Apple's credit card is launching soon, and it looks like the highly anticipated card will come with a few unusual rules.
Goldman Sachs, which partnered with Apple on the card, published the customer agreement, revealing a few new details about the iPhone maker's new offering.
Though many of the rules are what you'd expect to find in the fine print of any credit card, there are some notable parts of the agreement.
For one, the terms explicitly forbid credit card users from jailbreaking their iPhones. From the agreement (emphasis added):
If you make unauthorized modifications to your Eligible Device, such as by disabling hardware or software controls (for example, through a process sometimes referred to as "jailbreaking"), your Eligible Device may no longer be eligible to access or manage your Account. You acknowledge that use of a modified Eligible Device in connection with your Account is expressly prohibited, constitutes a violation of this Agreement, and could result in our denying or limiting your access to or closing your Account as well as any other remedies available to us under this Agreement.
In other words: don't jailbreak your phone unless you want to risk having your account closed abruptly.
That may be an annoyance to jailbreak enthusiasts (however many are left, anyway), but there are likely practical reasons for the rule as well. Unlike most credit cards, where the actual physical card is key to most purchases, Apple Card incentivizes you to use use your iPhone for most transactions, rather than the flashy titanium card you might put in your wallet. If you were to jailbreak your iPhone, it could affect your ability to use Apple Pay or prevent the Apple Card software from functioning properly.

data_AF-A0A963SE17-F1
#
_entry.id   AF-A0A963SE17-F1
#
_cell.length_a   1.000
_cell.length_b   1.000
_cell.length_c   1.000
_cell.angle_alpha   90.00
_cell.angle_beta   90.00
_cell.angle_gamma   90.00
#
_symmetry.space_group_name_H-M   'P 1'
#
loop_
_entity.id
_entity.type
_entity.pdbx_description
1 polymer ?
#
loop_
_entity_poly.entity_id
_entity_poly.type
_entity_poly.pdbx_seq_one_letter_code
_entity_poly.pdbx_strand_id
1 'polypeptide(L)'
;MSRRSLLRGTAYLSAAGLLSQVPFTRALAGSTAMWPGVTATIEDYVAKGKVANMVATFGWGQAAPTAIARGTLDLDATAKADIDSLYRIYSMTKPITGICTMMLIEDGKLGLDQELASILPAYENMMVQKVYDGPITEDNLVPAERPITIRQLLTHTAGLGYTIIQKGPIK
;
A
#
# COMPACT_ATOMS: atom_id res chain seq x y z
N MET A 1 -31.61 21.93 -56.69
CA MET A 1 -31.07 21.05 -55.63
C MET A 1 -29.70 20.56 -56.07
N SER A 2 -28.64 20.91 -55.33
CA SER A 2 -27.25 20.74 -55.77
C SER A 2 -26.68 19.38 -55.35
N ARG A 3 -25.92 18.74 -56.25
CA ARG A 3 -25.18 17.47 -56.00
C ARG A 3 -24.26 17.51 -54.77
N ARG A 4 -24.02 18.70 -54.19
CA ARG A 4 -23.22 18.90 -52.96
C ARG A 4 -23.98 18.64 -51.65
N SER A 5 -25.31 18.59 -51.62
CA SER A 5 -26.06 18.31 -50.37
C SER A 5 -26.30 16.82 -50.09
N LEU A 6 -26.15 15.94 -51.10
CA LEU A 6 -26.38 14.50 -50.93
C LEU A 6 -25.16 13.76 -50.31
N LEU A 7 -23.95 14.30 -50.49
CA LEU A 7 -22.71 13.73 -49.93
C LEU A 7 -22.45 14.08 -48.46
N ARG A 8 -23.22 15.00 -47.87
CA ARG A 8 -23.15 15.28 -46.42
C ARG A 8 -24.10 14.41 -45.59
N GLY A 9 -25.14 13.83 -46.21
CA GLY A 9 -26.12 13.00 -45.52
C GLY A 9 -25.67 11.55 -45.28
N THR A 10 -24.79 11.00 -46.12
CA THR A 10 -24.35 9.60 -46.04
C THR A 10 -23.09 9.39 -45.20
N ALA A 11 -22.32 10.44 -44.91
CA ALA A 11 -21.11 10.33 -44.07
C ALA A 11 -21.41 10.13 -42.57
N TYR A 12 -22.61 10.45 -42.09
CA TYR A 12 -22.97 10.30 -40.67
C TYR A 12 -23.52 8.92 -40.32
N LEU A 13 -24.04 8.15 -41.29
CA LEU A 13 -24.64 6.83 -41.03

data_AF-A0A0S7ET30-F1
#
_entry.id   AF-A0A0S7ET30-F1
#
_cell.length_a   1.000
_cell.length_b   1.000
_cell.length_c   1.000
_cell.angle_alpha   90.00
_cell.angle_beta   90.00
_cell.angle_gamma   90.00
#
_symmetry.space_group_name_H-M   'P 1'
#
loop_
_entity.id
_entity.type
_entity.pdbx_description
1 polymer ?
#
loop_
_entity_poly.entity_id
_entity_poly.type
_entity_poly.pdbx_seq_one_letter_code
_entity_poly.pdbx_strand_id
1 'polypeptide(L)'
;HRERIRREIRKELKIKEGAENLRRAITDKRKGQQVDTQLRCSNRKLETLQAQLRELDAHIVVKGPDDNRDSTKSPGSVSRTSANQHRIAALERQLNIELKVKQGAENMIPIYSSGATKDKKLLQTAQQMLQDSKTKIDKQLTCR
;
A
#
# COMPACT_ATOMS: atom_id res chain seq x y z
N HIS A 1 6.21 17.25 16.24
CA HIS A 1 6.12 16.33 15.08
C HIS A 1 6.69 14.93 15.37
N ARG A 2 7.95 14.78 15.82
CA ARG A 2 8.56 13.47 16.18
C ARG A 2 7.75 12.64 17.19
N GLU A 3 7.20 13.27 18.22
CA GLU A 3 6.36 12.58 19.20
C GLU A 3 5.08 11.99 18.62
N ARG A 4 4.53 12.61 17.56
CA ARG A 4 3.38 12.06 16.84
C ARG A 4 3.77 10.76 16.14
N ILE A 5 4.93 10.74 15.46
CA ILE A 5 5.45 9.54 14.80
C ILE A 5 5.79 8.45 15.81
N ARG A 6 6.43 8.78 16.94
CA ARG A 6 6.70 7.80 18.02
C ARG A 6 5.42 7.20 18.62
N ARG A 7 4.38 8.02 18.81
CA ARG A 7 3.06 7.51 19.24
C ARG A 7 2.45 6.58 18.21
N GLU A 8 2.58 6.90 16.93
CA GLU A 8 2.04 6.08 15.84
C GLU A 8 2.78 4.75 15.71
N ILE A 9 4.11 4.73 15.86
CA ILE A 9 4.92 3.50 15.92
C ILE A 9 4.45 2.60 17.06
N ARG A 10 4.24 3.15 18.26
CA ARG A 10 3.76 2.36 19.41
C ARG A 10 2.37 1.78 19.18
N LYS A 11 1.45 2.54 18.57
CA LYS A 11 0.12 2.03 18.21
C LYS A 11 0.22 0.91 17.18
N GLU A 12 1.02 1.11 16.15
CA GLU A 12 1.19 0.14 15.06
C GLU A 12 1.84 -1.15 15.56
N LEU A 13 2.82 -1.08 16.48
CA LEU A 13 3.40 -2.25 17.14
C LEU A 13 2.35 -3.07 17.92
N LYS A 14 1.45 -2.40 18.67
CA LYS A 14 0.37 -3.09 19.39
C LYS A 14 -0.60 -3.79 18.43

Another rule that has raised some eyebrows is that the card agreement expressly forbids users from purchasing cryptocurrency, which it considers a "cash equivalent." Most credit cards prohibit "cash-like" transactions as these can be used to game rewards programs, though it's somewhat notable that Apple and Goldman explicitly name cryptocurrency as a cash equivalent.
The card also comes with a few rules specific to Apple's ecosystem. You're required to have an Apple ID and iCloud account "in good standing" and have two-factor authentication enabled (which is always a good idea). And, just in case there's any question as to whether that means you need an iPhone or not, the agreement states you need a an iPhone or iPad with a passcode. And don't think you can sign up with your iPhone and switch to Android later on.
"Without a Required Device, you will only be able to manage your Account by contacting us by phone or mail, and your Monthly Statement will only be sent to you by email or mail," the terms of service state. "If you do not maintain a Required Device, we may close your account."
The rules come as Apple Card is expected to launch soon. CEO Tim Cook said during the company's earnings call last week that Apple employees have been testing it out, with the official launch set for sometime in August.